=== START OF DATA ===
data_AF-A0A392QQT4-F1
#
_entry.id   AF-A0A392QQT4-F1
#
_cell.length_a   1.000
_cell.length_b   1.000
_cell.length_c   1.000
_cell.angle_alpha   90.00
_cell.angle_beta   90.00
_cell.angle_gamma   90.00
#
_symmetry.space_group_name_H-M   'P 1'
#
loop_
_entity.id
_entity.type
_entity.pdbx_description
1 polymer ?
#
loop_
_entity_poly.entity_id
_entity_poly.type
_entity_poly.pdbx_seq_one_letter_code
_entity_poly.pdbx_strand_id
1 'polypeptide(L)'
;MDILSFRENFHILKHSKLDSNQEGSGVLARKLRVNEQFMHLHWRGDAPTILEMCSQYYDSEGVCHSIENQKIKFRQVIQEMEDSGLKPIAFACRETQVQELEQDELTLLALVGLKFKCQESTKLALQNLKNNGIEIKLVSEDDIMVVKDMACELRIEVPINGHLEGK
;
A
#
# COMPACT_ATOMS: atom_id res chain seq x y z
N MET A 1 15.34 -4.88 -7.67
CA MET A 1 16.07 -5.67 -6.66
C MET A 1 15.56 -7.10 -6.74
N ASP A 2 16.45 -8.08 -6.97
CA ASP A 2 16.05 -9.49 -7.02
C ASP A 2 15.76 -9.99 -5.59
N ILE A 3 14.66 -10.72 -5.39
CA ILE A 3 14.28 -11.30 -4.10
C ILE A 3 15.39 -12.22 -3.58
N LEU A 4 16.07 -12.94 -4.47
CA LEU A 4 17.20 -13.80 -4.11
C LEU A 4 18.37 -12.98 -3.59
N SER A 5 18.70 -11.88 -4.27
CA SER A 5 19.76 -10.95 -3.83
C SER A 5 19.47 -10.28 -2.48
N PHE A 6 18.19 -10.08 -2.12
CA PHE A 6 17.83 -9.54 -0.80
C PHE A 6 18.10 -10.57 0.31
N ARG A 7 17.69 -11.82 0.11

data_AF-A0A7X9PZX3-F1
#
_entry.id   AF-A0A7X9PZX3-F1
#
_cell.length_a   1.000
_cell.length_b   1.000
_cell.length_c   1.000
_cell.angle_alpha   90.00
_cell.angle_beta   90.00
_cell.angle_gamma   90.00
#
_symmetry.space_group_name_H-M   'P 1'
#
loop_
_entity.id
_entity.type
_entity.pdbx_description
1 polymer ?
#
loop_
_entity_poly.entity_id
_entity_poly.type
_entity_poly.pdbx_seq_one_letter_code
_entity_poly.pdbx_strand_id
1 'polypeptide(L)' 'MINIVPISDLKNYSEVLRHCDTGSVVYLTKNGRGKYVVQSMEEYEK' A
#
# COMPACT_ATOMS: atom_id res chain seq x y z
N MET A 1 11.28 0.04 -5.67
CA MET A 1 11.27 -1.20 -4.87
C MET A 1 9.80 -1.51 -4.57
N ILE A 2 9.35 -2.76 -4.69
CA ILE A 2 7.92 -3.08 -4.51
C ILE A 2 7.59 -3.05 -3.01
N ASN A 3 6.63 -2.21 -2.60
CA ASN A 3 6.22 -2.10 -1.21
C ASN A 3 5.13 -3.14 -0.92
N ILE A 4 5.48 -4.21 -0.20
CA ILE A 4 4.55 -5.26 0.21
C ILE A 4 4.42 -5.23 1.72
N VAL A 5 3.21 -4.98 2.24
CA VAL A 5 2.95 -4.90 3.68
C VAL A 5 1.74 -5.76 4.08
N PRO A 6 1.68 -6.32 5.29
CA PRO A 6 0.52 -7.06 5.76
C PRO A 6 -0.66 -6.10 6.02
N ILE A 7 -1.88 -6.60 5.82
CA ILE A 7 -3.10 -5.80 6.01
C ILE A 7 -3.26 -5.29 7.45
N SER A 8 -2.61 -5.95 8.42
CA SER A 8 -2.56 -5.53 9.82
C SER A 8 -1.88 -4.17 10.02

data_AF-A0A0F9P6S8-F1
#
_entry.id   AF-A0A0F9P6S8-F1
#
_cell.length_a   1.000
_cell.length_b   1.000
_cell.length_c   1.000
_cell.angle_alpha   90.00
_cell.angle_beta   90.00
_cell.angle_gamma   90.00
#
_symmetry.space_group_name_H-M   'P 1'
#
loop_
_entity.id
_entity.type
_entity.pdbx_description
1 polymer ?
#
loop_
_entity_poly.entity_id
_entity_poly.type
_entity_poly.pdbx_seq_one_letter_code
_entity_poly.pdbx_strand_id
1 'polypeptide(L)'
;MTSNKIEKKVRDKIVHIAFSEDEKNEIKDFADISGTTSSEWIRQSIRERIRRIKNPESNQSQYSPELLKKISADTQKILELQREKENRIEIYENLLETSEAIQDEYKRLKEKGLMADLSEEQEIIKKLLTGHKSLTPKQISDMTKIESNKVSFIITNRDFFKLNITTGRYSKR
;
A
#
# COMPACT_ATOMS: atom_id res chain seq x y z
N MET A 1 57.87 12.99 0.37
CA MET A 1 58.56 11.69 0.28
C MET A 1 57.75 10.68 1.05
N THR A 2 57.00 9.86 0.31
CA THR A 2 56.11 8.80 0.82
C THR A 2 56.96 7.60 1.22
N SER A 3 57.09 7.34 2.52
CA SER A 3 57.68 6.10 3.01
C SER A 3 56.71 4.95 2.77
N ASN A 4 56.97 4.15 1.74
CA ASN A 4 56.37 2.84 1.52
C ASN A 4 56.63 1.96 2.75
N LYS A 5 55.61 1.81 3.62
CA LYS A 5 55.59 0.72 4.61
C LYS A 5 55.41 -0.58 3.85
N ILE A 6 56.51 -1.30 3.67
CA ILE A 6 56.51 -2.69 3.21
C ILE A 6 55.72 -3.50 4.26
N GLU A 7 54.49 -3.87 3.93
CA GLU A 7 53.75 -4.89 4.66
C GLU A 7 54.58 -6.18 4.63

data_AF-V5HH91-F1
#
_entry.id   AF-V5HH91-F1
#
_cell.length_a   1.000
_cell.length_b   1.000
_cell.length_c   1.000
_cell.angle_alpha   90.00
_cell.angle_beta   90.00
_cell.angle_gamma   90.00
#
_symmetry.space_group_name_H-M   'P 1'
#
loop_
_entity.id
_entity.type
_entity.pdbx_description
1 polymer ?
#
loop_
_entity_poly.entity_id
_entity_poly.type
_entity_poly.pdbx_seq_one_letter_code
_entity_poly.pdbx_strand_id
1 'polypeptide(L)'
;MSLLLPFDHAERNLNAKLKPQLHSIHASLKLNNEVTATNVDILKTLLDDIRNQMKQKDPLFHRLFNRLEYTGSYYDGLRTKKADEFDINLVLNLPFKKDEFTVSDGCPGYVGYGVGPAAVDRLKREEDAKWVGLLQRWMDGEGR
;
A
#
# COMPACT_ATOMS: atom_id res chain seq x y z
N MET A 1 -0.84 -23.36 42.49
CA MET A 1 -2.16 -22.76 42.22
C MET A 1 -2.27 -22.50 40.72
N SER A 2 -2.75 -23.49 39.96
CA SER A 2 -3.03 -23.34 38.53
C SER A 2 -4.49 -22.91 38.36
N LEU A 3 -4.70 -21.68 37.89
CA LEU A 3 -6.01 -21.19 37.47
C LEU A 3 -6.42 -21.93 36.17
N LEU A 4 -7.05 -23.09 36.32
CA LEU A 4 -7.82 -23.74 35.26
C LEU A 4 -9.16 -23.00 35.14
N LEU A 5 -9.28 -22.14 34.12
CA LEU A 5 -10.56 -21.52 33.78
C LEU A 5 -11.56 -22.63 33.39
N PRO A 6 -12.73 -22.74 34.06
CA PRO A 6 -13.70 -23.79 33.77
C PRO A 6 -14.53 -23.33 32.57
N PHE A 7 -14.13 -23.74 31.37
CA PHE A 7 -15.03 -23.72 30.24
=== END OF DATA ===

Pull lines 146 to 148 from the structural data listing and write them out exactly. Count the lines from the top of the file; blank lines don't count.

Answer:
N ILE A 6 56.51 -1.30 3.67
CA ILE A 6 56.51 -2.69 3.21
C ILE A 6 55.72 -3.50 4.26